In soccer, as in life, timing is everything.
Four years ago, Sepp Blatter's mantra was "My mission is not finished. I need one more term in office. This is my last campaign. I will not run again."
And based largely on that - along with some stunningly ham-fisted bribery attempts that blew up in a big pile of US $100 bills down in Trinidad, forcing his only opponent to withdraw - FIFA reelected him to one more term in office.
Imagine the last few days if had had just kept his promise.
The entire FIFA Congress would have been one long, teary valedictory to the wonderfulness that was Sepp, filled with Gala dinners, ludicrously lavish farewell gifts, toast after fulsome toast and speech after nauseatingly insincere speech would have led to a final tearful goodbye address to a raucous, cheering, stomping standing-ovation-besotted General Assembly as he waved a final goodbye.
Followed of course by the twilight of his life spent jetting around the globe on FIFA's dime - or, in his case, FIFA's Krugerrand - as the honored guest introduced before every big international match before settling his wrinkly old carcass into a climate-controlled luxury suite featuring hot and cold running maids.
Sure the crap would have hit the fan anyway; that was guaranteed the moment Daryan Warner stepped off that plane in Miami with a duffel bag full of cash. He and his brother led them to Dad and Uncle Chuck who - in a piece of comedy not even Dan Loney would dare write - was reportedly apprehended on a New York street driving a personal mobility scooter.
(Whatever the opposite of hot pursuit is -"Hey look, there's Blazer; let's grab some lunch and then snatch him up" - they flipped the guy and it all fell into their laps.)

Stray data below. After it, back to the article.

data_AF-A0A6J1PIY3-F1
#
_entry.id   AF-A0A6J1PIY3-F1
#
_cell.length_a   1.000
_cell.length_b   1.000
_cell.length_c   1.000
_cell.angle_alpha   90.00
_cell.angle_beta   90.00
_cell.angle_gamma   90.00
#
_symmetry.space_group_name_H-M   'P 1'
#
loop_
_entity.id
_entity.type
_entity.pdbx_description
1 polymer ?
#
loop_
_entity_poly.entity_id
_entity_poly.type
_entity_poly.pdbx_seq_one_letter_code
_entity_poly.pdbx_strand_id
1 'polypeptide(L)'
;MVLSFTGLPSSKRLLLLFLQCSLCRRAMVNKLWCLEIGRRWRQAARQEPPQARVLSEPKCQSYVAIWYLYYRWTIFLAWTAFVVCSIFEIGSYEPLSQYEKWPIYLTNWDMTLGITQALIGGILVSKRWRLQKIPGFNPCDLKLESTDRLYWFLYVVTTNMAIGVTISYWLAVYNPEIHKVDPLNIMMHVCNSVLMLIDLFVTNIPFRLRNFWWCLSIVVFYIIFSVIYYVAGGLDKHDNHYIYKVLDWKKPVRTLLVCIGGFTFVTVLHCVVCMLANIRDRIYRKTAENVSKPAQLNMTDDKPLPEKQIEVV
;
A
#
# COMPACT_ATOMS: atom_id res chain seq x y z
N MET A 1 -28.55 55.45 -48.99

But who's to say how US Attorney General Loretta "Sepp Slayer" Lynch would have handled it if Blatter wasn't busy rubbing everyone's face in his power? We'll never know.
In the Hall of Famous Last Words there needs to be a special alcove for "Now I'm the President of Everybody"
Either way, Sepp would have had his golden moment. As always, there's a lot of question about whether even now they have much of anything on him. His gig was to let everybody else steal with both hands while he rode the ego-power-glory train alone.
And a voluntary retirement three days ago, gracefully stepping down, would in all likelihood protected his legacy, at least as he understands it. He would have been yesterday's news.
But that's exactly the problem: when he came face to face with that very prospect, he flinched. Like an athlete who can't bear to leave the cheers behind, he missed the signals that were telling him it was time to leave.
There's plenty of time for speculating on what's next, and we need to bear in mind that the Emergency Committee which will be running FIFA and organizing new elections consists of the six confederation Presidents, which includes a couple very dangerous guys.
Well, them and poor old Alfredo Hawit.
Meanwhile, Sepp won't even have the chance for a Nixonian final photo in the helicopter door, a tragic figure who had everything he ever wanted but saw it all turn to dust in his mouth.
And he'll probably never really understand why.